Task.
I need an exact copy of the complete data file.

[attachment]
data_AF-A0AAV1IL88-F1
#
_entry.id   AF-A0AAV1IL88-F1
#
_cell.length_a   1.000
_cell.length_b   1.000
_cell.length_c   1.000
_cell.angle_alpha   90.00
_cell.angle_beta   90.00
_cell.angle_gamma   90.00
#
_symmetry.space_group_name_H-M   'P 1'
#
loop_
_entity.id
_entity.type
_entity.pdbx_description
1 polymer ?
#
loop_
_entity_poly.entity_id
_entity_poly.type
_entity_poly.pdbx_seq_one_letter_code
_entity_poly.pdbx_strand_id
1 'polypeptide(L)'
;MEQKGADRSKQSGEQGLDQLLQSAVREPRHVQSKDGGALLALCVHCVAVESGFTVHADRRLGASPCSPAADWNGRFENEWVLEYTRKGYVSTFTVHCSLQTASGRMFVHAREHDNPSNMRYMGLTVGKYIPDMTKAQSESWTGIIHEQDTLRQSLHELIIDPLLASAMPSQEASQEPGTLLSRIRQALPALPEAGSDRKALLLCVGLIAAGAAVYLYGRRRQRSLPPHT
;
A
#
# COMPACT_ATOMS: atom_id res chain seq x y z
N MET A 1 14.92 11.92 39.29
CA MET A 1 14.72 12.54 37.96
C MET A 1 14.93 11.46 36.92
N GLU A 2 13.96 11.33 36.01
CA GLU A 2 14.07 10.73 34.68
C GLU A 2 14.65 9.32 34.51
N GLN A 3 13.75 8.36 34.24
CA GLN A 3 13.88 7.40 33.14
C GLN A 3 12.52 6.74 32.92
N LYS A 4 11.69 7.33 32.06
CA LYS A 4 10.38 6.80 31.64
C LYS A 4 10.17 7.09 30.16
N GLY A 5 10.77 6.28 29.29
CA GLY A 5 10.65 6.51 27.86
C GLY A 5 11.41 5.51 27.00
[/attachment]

data_AF-A0AAV1IL88-F1
#
_entry.id   AF-A0AAV1IL88-F1
#
_cell.length_a   1.000
_cell.length_b   1.000
_cell.length_c   1.000
_cell.angle_alpha   90.00
_cell.angle_beta   90.00
_cell.angle_gamma   90.00
#
_symmetry.space_group_name_H-M   'P 1'
#
loop_
_entity.id
_entity.type
_entity.pdbx_description
1 polymer ?
#
loop_
_entity_poly.entity_id
_entity_poly.type
_entity_poly.pdbx_seq_one_letter_code
_entity_poly.pdbx_strand_id
1 'polypeptide(L)'
;MEQKGADRSKQSGEQGLDQLLQSAVREPRHVQSKDGGALLALCVHCVAVESGFTVHADRRLGASPCSPAADWNGRFENEWVLEYTRKGYVSTFTVHCSLQTASGRMFVHAREHDNPSNMRYMGLTVGKYIPDMTKAQSESWTGIIHEQDTLRQSLHELIIDPLLASAMPSQEASQEPGTLLSRIRQALPALPEAGSDRKALLLCVGLIAAGAAVYLYGRRRQRSLPPHT
;
A
#
# COMPACT_ATOMS: atom_id res chain seq x y z
N MET A 1 14.92 11.92 39.29
CA MET A 1 14.72 12.54 37.96
C MET A 1 14.93 11.46 36.92
N GLU A 2 13.96 11.33 36.01
CA GLU A 2 14.07 10.73 34.68
C GLU A 2 14.65 9.32 34.51
N GLN A 3 13.75 8.36 34.24
CA GLN A 3 13.88 7.40 33.14
C GLN A 3 12.52 6.74 32.92
N LYS A 4 11.69 7.33 32.06
CA LYS A 4 10.38 6.80 31.64
C LYS A 4 10.17 7.09 30.16
N GLY A 5 10.77 6.28 29.29
CA GLY A 5 10.65 6.51 27.86
C GLY A 5 11.41 5.51 27.00